Four Challenges for Shifting from MFI to SME Finance
Lessons learned on effective tools for moving into this customer segment in Africa
By Elodie Gouillat, Portail de la Microfinance, November 2017
The Microfinance Gateway was a media partner for African Microfinance Week in Addis Ababa, Ethiopia in October 2017. In a session entitled, “Challenges facing actors financing SMEs,” panelists shared the challenges they have encountered during the growth of their organizations and the solutions they have discovered to best respond to the funding needs of SMEs.
Barrels. Photo credit: Mohammad Ponir Hossain, 2015 CGAP Photo Contest.
As microfinance institutions (MFIs) have grown over the years and become more professional, some have begun to move into the small and medium enterprise (SME) segment. Many see this gradual transition to SME finance as a natural shift, as the MFIs follow their customers’ development/journey.
In fact, this shift has been driven mainly by concerns to keep the best customers in a fiercely competitive market, expand business and lower operational costs. Although portfolio growth improved the financial performance of some MFIs in the short term, profitability fell in the medium term (owing to lower margins and a higher risk of default). In hindsight, these institutions realized they overestimated their capacities to serve the SME segment.
Microcred, a digital finance company founded in 2005, has developed MFIs in Africa and China and currently has operations in nine African countries. Its current outstanding loan portfolio totals EUR 400 million for 600,000 customers with a 30-day portfolio at risk of 2% and an annual growth rate of 50%. During African Microfinance Week, Ruben Dieudonné, Chief Executive Officer of Microcred Africa, talked about the transition to SME finance, “We waited for the MFIs to establish themselves before launching SME products. But our mature subsidiaries – Madagascar, Senegal and Côte d’Ivoire – naturally moved into SME finance after just a few years of operations.” Finance for this segment represents over 40% of the total portfolio in volume and 4% in number of loans.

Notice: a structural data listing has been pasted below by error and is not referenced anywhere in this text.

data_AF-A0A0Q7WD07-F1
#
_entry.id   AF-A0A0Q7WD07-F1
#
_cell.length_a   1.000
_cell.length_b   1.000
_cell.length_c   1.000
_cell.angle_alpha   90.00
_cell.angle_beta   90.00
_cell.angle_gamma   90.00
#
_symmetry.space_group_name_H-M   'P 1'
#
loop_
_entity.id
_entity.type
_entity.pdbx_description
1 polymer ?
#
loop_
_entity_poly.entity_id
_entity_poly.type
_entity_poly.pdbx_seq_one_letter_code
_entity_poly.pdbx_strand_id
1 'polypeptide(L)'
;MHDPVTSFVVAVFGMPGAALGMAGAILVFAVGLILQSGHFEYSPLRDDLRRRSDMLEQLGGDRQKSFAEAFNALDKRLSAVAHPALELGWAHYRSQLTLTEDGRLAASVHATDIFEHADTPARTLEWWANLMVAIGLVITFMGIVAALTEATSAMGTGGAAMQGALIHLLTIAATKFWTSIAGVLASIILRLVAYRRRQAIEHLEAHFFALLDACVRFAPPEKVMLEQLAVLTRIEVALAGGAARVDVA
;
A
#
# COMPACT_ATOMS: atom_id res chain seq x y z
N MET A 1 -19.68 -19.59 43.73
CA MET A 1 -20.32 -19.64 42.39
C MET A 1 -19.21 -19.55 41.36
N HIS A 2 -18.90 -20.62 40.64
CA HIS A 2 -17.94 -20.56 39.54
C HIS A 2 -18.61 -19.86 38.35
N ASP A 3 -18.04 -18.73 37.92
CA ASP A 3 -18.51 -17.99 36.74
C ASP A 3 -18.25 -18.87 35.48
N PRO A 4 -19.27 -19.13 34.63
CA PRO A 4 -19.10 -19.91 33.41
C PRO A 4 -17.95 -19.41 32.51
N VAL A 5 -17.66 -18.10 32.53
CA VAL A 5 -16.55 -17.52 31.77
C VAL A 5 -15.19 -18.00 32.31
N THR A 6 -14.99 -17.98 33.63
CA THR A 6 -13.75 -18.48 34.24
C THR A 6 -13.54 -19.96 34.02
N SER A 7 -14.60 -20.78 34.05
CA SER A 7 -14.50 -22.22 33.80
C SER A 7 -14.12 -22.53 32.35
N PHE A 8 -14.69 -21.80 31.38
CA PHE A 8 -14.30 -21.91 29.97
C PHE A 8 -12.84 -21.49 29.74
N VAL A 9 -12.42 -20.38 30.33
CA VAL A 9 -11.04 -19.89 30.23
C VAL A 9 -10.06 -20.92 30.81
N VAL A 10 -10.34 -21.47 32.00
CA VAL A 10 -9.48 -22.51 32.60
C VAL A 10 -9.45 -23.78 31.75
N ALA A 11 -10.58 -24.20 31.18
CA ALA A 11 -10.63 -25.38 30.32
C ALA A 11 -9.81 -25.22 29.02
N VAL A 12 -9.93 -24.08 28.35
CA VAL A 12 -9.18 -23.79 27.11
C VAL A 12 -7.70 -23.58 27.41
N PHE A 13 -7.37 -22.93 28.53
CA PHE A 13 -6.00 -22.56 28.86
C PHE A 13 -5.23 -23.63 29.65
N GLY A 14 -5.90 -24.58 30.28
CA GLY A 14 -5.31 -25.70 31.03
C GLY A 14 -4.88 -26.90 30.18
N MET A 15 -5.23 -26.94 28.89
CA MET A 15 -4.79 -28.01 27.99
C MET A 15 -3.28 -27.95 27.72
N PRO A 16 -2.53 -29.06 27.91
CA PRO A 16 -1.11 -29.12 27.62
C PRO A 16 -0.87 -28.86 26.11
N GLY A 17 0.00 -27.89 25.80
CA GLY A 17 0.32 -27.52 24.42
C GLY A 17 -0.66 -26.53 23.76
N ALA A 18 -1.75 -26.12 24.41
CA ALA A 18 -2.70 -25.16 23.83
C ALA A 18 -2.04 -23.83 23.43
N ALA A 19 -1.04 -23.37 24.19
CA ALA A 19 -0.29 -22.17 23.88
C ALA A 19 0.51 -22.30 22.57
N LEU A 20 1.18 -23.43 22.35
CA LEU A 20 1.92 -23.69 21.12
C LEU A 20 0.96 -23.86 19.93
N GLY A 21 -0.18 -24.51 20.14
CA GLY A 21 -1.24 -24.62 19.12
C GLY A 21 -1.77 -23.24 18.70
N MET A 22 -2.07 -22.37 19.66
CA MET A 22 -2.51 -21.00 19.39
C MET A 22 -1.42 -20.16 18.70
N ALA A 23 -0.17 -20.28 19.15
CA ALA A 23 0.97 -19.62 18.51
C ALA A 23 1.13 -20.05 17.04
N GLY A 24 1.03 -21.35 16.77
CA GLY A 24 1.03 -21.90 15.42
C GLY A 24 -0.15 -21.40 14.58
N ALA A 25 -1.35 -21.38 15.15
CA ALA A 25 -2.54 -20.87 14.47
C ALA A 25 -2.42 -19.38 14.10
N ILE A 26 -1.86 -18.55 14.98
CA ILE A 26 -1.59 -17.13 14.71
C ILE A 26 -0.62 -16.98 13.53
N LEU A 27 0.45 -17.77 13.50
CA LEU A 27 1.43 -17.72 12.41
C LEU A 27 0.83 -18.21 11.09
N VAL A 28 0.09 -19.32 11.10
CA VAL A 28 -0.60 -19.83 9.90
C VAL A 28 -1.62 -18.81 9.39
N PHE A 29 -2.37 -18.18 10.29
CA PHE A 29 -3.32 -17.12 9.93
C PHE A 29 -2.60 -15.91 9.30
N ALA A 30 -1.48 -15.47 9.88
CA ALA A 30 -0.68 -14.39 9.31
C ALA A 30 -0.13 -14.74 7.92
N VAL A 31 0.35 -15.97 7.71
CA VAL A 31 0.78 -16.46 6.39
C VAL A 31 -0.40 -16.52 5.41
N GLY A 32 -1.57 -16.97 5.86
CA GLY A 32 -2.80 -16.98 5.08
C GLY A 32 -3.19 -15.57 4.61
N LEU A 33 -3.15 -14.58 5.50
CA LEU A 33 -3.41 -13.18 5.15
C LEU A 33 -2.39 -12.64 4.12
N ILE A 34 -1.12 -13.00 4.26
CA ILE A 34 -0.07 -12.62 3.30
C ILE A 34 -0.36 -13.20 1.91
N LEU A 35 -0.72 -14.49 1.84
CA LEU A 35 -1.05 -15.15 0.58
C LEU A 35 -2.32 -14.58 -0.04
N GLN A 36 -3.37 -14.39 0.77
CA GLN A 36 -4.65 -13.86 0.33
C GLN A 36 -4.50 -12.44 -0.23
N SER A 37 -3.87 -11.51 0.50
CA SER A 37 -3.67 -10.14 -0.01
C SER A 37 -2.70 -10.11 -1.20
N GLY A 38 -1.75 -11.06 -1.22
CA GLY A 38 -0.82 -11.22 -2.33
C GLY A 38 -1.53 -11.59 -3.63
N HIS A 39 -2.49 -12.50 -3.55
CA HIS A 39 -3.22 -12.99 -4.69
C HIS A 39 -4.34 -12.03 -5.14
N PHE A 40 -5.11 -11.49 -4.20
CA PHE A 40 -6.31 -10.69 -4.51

At the same time, the inclusive finance sector is seeing the emergence of new SME finance institutions targeting the “missing middle” SMEs. While African economies have experienced steady growth for some 15 years, powered by the private sector and SMEs in particular, access to finance for SMEs is still a real problem. A World Bank study reveals that just 10% of SMEs have access to finance, whereas they account for over 90% of private business in Africa.
COFINA, a network of financial institutions working to finance SMEs, was set up in 2014 to address this situation. The institution operates in Senegal, Guinea, Mali, Gabon, Côte d’Ivoire and Congo, serving over 75,000 customers for an outstanding loan balance of EUR 100 million and a 30-day portfolio at risk of approximately 3%.
With their launch into the SME segment, both COFINA and MicroCred have faced a number of challenges which have prompted them to adjust their organizational and operational set-ups.
Challenge #1: Analyze the risk
Information asymmetry between entrepreneurs and financial institutions is often a problem. Analysis of the credit application is complicated by lack of knowledge of the business, its market and its cost structure. As Jean-Luc Konan, Director of the COFINA network, put it, “You need to have as accurate an idea as possible of the client’s solvency, and for that you need to be in a position to understand the market and the business perfectly. You have to be able to combine local knowledge with accounting knowledge.”